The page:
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Bulltetproof no more: being old, feeling scorned, and not liking it

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As his 175th birthday approaches, Peter Sherwood’s feeling scorned. And he doesn’t like it

Here’s the biggest lie about getting older: These will be your ‘golden years.’ What a cesspit of idiocy. Give me bulletproof youth and blind ignorance any day. And as the old Sinatra song goes, “… love, like youth, is wasted on the young.” Something else we squander: decades of smart people’s experience. But the older we get the more invisible and irrelevant we become. There’s not much good news on the antiquity  front, but listen up, millennials: We oldies own most of the money and property. Don’t bother working too hard. You’ll inherit the lot.

Suddenly, here I am with an insanely varied life (yin and yang on steroids, the stratospheric highs and crash-and-burn of being bipolar). I may have genuine and even life-saving wisdom to impart, but the universe is deaf. A world that used to interrupt my every word to call me a fool is now hearing impaired. The disappearing act has come full circle. No wonder old people wander around muttering to themselves; they’re busy engrossed in their own brilliant advice.

Justified and ancient

Recently some critical readers detected the curmudgeon in my articles, imagining that irascible retrospectives are the result of aging’s irritability. Yet the same crank was at work years ago. I could be cantankerous when I was 20. But also, sentimental, and curious, passionate and thoughtful; I was desperate to find my voice – and express it. Today you might read a fossilised character posing as me. Or it could be the real me, or some other, softer, more gently inquiring persona that inhabits my loony inner world. Whatever my dubious accomplishments, they are too wildly varied to be classified simply as grouchy invective.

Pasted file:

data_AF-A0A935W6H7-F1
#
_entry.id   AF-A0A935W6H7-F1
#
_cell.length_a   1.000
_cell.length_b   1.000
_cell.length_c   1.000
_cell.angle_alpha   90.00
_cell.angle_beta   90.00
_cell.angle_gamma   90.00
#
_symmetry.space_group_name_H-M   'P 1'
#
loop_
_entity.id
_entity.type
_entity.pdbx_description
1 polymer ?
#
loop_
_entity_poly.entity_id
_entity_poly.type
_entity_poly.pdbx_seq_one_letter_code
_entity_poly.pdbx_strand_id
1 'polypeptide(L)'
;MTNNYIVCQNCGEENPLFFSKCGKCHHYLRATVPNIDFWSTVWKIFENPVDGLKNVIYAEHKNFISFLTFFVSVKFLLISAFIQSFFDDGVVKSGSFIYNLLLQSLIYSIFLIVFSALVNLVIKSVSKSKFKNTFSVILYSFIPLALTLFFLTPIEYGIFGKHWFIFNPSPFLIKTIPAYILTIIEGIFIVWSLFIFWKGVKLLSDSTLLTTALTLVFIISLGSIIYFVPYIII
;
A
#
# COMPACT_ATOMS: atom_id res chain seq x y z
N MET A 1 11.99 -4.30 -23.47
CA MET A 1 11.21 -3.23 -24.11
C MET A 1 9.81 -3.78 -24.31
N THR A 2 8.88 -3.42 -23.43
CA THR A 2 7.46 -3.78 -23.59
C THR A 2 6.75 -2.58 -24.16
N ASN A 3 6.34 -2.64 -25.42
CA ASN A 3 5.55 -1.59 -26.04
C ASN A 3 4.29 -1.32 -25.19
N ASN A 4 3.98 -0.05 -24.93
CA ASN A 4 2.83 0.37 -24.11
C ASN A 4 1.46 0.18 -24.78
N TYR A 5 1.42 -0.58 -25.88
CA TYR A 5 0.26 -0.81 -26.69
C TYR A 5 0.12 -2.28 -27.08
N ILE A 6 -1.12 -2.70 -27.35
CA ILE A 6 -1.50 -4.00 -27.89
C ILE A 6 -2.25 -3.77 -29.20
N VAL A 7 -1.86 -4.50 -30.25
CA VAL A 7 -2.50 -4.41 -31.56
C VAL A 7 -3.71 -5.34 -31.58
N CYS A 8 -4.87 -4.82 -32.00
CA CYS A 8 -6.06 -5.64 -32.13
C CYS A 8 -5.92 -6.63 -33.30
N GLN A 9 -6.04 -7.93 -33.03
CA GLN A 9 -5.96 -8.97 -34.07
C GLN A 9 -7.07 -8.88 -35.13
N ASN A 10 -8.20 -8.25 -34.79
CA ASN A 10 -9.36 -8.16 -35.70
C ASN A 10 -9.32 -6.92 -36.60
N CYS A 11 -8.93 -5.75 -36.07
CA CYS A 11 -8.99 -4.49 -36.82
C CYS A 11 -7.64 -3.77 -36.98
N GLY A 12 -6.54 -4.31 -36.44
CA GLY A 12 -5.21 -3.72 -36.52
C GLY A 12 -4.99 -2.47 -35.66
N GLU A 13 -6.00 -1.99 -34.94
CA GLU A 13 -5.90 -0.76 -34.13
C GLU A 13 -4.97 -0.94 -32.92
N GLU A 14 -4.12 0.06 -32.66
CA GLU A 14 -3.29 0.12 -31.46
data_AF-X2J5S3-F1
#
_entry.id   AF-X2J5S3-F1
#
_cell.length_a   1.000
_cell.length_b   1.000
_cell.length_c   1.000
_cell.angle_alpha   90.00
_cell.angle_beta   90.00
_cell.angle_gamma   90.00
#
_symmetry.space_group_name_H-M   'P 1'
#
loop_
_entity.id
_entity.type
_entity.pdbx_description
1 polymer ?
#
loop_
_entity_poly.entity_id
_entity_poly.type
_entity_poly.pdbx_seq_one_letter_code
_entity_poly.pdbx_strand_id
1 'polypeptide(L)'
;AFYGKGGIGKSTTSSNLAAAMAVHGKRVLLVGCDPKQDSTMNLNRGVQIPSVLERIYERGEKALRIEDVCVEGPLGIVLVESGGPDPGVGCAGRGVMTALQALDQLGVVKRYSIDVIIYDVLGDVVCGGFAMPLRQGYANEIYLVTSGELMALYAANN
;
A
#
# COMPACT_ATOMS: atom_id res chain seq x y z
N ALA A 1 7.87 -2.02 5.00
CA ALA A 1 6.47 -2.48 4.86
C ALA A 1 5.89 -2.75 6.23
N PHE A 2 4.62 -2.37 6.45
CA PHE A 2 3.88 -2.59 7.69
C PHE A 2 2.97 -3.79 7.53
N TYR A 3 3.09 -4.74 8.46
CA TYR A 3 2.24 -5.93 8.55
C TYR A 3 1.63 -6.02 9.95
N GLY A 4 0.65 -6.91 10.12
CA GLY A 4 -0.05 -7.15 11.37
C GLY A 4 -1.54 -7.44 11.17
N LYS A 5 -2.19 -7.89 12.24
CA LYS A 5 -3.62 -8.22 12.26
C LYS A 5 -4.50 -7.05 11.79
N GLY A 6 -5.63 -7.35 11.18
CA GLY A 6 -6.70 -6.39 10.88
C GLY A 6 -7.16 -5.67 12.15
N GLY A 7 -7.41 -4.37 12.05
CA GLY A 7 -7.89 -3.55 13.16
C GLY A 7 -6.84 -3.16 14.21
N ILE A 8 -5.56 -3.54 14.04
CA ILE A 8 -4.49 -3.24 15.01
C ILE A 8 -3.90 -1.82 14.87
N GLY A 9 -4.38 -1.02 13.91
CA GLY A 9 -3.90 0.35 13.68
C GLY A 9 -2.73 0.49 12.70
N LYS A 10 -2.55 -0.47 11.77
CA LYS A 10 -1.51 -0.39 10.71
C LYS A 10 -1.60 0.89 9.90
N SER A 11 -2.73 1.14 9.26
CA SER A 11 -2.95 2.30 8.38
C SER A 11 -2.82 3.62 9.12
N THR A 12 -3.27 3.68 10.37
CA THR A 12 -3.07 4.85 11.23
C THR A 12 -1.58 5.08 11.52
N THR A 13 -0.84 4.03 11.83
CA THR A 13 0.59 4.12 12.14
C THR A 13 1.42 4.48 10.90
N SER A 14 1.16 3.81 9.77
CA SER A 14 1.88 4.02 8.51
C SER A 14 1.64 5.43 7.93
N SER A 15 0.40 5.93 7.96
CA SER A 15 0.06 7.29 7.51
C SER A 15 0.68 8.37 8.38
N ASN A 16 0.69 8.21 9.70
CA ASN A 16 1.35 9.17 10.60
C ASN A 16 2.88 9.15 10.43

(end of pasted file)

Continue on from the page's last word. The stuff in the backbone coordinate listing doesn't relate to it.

Of course, I have been called a cynic, an epithet I wear as a badge of honour as every journalist should. It’s a prerequisite. Without it there can be no getting at the truth; no calling to account those who lie, cheat and commit criminal acts without shame. Monty Python’s John Cleese said that all satire is commentary on stupidity. And if the dumb side of the human condition fascinates you too, then just stick your noggin out the widow, take note of the silliness, and say your piece. It’s not difficult. Satirists are really only reporters.

The older we get the more we reflect on the past and the quaint notion that everything was better  back then. Mostly our vision is dragged backwards because yesteryear is viewed with such clarity. Jean-Paul Sartre said, “Life is like looking out the back window of a fast-moving vehicle; what is in the distance is clearly visible, while everything close-up is a blur.”

The past is indeed another country, and scenes from that landscape keep popping up to surprise. None of it is voluntary. Sharp images of distant decades emerge relentlessly – joyful moments, colourful, rich and rewarding. And dark, anguished times recalled like nightmares, filled with regret and dread. The trick is positivity, they say. Be enthusiastic and learn new things. Excuse me a minute, I’ll just go and finish Schubert’s Unfinished Symphony.

Peter Sherwood has lived in DB for over 20 years. The former head of an international public relations firm, Peter is the author of 15 books and has written around 400 satirical columns for the South China Morning Post.

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